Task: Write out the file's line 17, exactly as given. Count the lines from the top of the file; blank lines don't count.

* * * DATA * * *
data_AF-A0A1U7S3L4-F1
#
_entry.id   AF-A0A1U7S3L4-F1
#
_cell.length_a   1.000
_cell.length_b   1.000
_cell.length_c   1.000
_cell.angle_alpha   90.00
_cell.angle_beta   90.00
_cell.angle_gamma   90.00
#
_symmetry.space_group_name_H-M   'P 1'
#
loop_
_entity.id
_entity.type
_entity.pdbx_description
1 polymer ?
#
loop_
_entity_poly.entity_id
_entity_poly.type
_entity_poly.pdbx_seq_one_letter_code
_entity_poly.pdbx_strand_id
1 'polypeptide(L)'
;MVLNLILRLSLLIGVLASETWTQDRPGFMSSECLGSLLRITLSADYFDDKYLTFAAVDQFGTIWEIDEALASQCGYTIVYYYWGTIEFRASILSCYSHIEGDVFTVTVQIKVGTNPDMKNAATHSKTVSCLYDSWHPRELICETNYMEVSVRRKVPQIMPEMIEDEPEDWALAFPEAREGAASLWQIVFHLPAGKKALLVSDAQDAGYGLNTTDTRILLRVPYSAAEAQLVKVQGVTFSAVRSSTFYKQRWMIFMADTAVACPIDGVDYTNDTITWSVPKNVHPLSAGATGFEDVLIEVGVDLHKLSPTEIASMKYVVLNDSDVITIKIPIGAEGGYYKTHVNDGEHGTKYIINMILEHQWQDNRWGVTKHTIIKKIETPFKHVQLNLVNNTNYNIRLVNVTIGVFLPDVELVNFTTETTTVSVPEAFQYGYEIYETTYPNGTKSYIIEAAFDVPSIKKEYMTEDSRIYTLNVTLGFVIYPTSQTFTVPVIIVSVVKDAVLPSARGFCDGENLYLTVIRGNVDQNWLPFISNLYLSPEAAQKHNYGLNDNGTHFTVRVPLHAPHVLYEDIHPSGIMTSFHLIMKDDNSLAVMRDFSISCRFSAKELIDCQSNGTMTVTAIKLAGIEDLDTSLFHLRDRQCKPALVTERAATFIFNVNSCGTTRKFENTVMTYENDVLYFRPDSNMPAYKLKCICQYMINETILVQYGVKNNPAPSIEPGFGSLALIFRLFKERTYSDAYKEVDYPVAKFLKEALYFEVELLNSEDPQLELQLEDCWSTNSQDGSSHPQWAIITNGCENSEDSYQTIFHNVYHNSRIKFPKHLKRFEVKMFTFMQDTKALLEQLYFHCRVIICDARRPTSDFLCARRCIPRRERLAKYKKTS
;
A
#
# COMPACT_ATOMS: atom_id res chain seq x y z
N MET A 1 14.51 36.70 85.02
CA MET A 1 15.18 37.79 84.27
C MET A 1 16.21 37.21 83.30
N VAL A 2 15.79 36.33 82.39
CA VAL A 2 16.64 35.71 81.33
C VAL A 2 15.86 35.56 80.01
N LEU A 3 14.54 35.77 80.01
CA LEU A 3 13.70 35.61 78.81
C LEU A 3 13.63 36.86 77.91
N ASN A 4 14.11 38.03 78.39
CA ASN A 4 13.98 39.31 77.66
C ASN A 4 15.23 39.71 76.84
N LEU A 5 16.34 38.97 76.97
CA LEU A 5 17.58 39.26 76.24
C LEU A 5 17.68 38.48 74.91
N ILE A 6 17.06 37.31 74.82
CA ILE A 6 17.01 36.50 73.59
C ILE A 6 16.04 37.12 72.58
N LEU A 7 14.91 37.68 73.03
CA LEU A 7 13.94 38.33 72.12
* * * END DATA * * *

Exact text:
_entity.pdbx_description